Newark schools are 20k a student, just like Jersey City schools because of corruption and waste. Look at who got paid when the school was built, who did they buy the land from at above market rates. Than look at what the administrators payed themselves, in JC, Charles Epps head of the schools went to a “Conference” in london, it was 5 days he was there for 3 weeks with the taxpayer paying the bill, guess what it cost, 20K. Now those are the things we hear about I imagine the waste is much higher. Getting teachers to teach in Newark, Orange, EO etc. requires at minimum a 6 figure salary. It is a mess and no one want to clean it up, politicians use those funds of 20k per student to dole out political no show jobs. A private company would be more suitable for running the schools.

  70. grim says:

    This flashback brought to you by history.com:

    Solar-energy system installed at White House
    June 20, 1979

    Carter presided over a nation still suffering from the fallout of the 1973-74 Organization of Petroleum Exporting Countries (OPEC) oil embargo. Carter, a proponent of alternative and sustainable energy sources, put into practice what he preached and, in June 1979, had a $28,000 solar-heating system installed on the White House roof. The system consisted of 32 photovoltaic panels that generated enough energy to provide hot water for the entire White House. During his term Carter also had an energy-efficient wood-burning stove installed in the drafty White House residential quarters.

    In 1986, President Reagan had the solar panels removed and put into a federal storage facility in Virginia, stating that the energy crisis that had affected both foreign and domestic policy during Carter’s term would not be a factor during his own.

  71. nj terp says:


    Teachers in Orange don’t start or make 6-figures. Some might but most don’t.

  72. jcer says:

    Occasional lurker, it is nuts how many people avoid doing the important structural, plumbing, electrical, and heating improvements. You can gold plate the home all you want but if it has original 1920’s plumbing that is a problem and a big cost, worst of all you have to rip out the gold platting to fix the problem. So it is great they spent 10-15k on a bath with nice tile work etc. but when I need to fix the waste plumbing or supply I need to rip out 5k worth of tile work? It would have been better if they did nothing and had a lower price.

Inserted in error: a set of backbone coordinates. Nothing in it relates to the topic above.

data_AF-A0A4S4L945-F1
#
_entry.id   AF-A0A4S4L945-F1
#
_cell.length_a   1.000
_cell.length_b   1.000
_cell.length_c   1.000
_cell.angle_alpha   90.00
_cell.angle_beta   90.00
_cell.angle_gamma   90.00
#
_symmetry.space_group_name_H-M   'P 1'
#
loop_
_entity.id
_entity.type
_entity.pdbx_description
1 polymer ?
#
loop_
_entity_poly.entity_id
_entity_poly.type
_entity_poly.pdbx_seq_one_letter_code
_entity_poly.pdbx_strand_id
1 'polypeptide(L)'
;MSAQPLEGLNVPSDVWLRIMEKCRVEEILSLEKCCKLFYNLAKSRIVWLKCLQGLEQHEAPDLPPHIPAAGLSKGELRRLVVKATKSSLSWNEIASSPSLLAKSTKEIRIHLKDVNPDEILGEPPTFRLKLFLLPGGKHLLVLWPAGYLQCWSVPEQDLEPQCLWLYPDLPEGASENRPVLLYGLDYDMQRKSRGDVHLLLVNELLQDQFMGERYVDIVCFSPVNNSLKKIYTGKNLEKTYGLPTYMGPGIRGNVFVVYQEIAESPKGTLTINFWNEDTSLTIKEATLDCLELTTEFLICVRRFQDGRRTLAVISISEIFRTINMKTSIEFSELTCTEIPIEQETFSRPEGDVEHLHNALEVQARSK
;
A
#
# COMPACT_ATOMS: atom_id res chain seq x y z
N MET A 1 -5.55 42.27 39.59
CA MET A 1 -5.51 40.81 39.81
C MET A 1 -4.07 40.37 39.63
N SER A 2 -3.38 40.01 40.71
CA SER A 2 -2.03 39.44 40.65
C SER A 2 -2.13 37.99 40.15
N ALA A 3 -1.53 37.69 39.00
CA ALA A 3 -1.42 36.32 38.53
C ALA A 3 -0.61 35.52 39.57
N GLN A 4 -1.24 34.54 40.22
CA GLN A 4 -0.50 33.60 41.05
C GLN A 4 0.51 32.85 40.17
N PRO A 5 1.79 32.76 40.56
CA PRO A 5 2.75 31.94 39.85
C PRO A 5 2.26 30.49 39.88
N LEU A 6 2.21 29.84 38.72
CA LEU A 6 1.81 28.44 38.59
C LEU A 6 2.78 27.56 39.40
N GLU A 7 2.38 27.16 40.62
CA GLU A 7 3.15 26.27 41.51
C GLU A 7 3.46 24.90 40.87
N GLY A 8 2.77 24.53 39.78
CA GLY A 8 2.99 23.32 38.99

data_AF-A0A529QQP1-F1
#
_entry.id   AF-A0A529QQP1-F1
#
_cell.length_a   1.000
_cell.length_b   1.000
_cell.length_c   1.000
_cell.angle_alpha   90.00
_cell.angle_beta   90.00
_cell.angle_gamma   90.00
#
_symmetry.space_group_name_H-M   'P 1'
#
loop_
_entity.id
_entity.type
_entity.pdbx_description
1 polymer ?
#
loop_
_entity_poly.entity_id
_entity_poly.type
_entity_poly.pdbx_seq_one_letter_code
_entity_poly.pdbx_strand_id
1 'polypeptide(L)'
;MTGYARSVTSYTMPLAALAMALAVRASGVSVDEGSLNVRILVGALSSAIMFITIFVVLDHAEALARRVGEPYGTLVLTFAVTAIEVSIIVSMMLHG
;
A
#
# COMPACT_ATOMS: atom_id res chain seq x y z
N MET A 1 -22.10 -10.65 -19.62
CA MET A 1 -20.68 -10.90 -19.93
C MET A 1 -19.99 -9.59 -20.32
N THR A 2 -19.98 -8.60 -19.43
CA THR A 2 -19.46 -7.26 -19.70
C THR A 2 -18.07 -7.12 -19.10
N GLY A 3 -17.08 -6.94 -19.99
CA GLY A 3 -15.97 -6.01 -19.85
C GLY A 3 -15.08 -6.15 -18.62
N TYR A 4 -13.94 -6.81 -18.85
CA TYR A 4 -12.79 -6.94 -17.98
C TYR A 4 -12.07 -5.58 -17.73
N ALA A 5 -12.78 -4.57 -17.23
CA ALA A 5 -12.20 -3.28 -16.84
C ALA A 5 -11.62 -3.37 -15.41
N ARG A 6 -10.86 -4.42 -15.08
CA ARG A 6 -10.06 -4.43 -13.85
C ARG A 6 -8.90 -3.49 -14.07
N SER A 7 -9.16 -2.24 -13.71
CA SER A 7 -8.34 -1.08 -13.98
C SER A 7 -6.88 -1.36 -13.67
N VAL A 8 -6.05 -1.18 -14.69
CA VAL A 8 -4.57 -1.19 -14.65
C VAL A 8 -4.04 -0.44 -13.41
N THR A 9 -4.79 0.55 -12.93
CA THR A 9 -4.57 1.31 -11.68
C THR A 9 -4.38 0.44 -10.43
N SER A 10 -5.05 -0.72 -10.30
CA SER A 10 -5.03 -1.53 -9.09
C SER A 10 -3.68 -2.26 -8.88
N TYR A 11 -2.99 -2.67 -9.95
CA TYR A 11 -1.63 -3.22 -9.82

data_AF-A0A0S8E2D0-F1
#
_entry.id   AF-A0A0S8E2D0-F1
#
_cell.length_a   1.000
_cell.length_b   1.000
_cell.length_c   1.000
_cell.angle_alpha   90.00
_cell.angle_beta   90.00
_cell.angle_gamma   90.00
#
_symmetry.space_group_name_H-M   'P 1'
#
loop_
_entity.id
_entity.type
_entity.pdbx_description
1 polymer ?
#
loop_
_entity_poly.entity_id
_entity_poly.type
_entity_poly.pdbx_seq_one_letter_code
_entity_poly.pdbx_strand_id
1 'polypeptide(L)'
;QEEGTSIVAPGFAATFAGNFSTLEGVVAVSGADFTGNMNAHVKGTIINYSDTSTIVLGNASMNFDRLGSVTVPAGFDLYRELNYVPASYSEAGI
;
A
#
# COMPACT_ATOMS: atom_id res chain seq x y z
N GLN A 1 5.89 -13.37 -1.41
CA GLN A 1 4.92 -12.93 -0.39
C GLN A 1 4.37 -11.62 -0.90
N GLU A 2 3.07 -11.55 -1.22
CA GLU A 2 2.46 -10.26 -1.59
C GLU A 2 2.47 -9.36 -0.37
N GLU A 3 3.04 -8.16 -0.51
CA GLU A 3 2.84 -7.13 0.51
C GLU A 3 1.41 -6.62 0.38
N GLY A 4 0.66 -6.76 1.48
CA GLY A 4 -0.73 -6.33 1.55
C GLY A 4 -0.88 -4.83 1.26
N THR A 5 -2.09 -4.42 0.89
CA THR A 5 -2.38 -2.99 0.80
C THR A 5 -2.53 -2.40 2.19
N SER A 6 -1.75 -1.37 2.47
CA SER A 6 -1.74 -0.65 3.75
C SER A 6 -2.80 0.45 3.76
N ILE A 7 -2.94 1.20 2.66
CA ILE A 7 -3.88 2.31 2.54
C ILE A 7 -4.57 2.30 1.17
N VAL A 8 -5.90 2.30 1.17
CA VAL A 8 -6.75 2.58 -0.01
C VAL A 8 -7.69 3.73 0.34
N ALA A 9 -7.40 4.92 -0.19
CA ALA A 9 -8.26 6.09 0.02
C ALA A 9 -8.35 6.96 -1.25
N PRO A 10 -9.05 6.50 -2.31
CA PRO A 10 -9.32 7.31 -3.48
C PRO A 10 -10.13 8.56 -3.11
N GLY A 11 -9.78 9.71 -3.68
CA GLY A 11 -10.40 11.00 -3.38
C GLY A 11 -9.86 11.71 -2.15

73. kettle1 says:

    Anyone hear aboout the recent report released on the sate of the new Orleans levies now that they have been repaired? A group of various experts has said that the current levies could be breached by a strong CAT II hurricane!!!

    Anyone want to take odds on NO being fooded agagin due to breached levies within 5 years.


  74. grim says:

    And your useless fact of the day:

    My parents named me after Jimmy Carter, although my brother insists that it was Jimi Hendrix.

    File this for future reference:

    Never go to St. Joes in Paterson, ever. Overheard in the ER waiting room last night, “I’d rather die trying to get to Hackensack than risk bleeding to death here waiting for a doctor.”

  75. jcer says:

    NJ terp, I know teachers who have left suburbia to teach in Passaic, Paterson, Newark and left suburban schools earning 65k to get 90-115k, especially math/science teachers with 3 or more years of experience. Many new teachers do not want to subject themselves to places like Irvington.

  76. homebuyer says:

    jcer, it seems like your experienced in what it takes to really make a older home work. in your estimation what do these type of things cost? i understand each home is different but i would love to get a range on what you think it takes to update the guts of a home

  77. Rich In NNJ says:


    Funny, I used to do work at St. Joes and Hackensack. I informed my employer that if I was ever in need of medical attention while on the job at St. Joes, make sure they take me to Hackensack.

  78. Dave923 says:

    grim, KL,

    Thanks for the valuable advice.


  79. gary says:

    Tom [64],

    The fat, drunken b*stards still think it’s 2005 for the most part and the naive, st*pid twerps are still falling for the prestigous and haughty bait.

    So, to answer the question, prices have fallen roughly 5% as the id*ots would rather rot in their POS split than sell it.

  80. Tom says:

    The amount of people that were able to buy homes recently because of the loans lenders were giving away to anyone, combined with the pressure people felt because they were constantly told that they need to buy soon before prices go up even more and interest rates go up led to a lot of people purchasing homes that had no idea what to look for.